Two McCormick Alumnae Named Most Powerful Women Engineers in Tech
Gwynne Shotwell of SpaceX and Carolyn Duran of Intel took the top spots
From outer space to the other side of the world, McCormick alumni continue to thrive well after graduation. Business Insider magazine recently compiled a list of the “Top 22 Powerful Women Engineers in Tech,” and McCormick alumnae took the top two spots.
Gwynne Shotwell, the president of Space Explorations Technology Corporation (SpaceX), was number one on the list. Carolyn Duran, the conflict minerals program manager and supply chain director at Intel, was number two.
Shotwell earned two degrees from McCormick—a bachelor’s in mechanical engineering in 1986 and a master’s in applied mathematics in 1988. After graduating, she spent more than a decade at Aerospace Corporation, where she quickly moved up the ladder. She joined SpaceX in 2002 as vice president of business development and became president in 2008.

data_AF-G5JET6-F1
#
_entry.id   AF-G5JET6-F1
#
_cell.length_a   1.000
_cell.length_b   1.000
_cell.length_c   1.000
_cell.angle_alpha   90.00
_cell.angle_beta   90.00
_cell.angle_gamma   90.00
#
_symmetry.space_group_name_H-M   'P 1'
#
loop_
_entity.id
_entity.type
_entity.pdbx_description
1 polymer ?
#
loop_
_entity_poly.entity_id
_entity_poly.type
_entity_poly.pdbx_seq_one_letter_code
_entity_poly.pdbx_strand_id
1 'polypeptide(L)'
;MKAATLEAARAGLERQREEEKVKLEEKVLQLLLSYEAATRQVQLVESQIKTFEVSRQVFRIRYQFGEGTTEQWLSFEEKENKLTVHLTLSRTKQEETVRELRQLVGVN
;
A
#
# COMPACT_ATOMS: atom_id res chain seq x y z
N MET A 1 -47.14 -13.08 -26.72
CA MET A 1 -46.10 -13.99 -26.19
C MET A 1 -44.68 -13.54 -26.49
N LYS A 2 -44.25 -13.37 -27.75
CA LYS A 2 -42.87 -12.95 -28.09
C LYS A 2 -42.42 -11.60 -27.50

SpaceX designs, manufactures, and launches rockets, and has a contract with NASA to carry supplies to the International Space Station. Business Insider said Shotwell is powerful because she “is responsible for day-to-day operations for arguably one of the most exciting companies on the planet, and off it.”
Most people are aware of “blood diamonds,” but precious gems are not the only materials that come from war-torn areas in Africa. Having earned a PhD in materials science and engineering from McCormick in 1998, Duran has led Intel’s efforts to stop using “conflict minerals,” which are electronics materials from mines run by warlords. The company now produces chips that are made with 100 percent conflict-free minerals.
Duran’s team has met with more than 85 smelters in 21 countries to develop better employee practices and stop using slave labor. The reason Business Insider said Duran is powerful: “Imagine personally ending slavery in some of the poorest, most violent places in the world. That’s what Duran is doing with her job at Intel.”